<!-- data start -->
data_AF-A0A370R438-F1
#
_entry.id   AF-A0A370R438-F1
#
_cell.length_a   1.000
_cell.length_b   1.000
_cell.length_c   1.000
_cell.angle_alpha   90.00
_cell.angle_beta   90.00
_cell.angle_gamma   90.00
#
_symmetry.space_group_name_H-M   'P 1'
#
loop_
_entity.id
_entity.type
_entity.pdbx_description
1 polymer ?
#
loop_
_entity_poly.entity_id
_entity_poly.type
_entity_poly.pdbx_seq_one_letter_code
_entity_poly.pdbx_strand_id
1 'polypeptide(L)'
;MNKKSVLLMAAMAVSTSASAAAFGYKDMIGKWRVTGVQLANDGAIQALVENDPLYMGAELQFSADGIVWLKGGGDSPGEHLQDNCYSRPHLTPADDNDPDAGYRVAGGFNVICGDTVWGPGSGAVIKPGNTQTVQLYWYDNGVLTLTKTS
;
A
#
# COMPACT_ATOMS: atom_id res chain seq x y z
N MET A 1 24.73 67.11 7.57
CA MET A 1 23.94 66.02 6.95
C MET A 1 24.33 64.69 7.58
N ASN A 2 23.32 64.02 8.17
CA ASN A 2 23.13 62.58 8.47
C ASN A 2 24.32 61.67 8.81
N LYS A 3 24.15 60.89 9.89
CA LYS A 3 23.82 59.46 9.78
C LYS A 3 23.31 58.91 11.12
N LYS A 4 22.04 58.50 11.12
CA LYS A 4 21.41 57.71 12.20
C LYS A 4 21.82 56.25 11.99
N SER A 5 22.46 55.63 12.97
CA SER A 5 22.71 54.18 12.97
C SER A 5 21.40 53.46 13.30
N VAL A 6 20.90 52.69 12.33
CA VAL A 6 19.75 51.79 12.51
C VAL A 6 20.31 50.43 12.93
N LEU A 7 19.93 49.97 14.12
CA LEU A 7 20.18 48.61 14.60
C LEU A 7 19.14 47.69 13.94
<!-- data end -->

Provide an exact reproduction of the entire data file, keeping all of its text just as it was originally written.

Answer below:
data_AF-A0A370R438-F1
#
_entry.id   AF-A0A370R438-F1
#
_cell.length_a   1.000
_cell.length_b   1.000
_cell.length_c   1.000
_cell.angle_alpha   90.00
_cell.angle_beta   90.00
_cell.angle_gamma   90.00
#
_symmetry.space_group_name_H-M   'P 1'
#
loop_
_entity.id
_entity.type
_entity.pdbx_description
1 polymer ?
#
loop_
_entity_poly.entity_id
_entity_poly.type
_entity_poly.pdbx_seq_one_letter_code
_entity_poly.pdbx_strand_id
1 'polypeptide(L)'
;MNKKSVLLMAAMAVSTSASAAAFGYKDMIGKWRVTGVQLANDGAIQALVENDPLYMGAELQFSADGIVWLKGGGDSPGEHLQDNCYSRPHLTPADDNDPDAGYRVAGGFNVICGDTVWGPGSGAVIKPGNTQTVQLYWYDNGVLTLTKTS
;
A
#
# COMPACT_ATOMS: atom_id res chain seq x y z
N MET A 1 24.73 67.11 7.57
CA MET A 1 23.94 66.02 6.95
C MET A 1 24.33 64.69 7.58
N ASN A 2 23.32 64.02 8.17
CA ASN A 2 23.13 62.58 8.47
C ASN A 2 24.32 61.67 8.81
N LYS A 3 24.15 60.89 9.89
CA LYS A 3 23.82 59.46 9.78
C LYS A 3 23.31 58.91 11.12
N LYS A 4 22.04 58.50 11.12
CA LYS A 4 21.41 57.71 12.20
C LYS A 4 21.82 56.25 11.99
N SER A 5 22.46 55.63 12.97
CA SER A 5 22.71 54.18 12.97
C SER A 5 21.40 53.46 13.30
N VAL A 6 20.90 52.69 12.33
CA VAL A 6 19.75 51.79 12.51
C VAL A 6 20.31 50.43 12.93
N LEU A 7 19.93 49.97 14.12
CA LEU A 7 20.18 48.61 14.60
C LEU A 7 19.14 47.69 13.94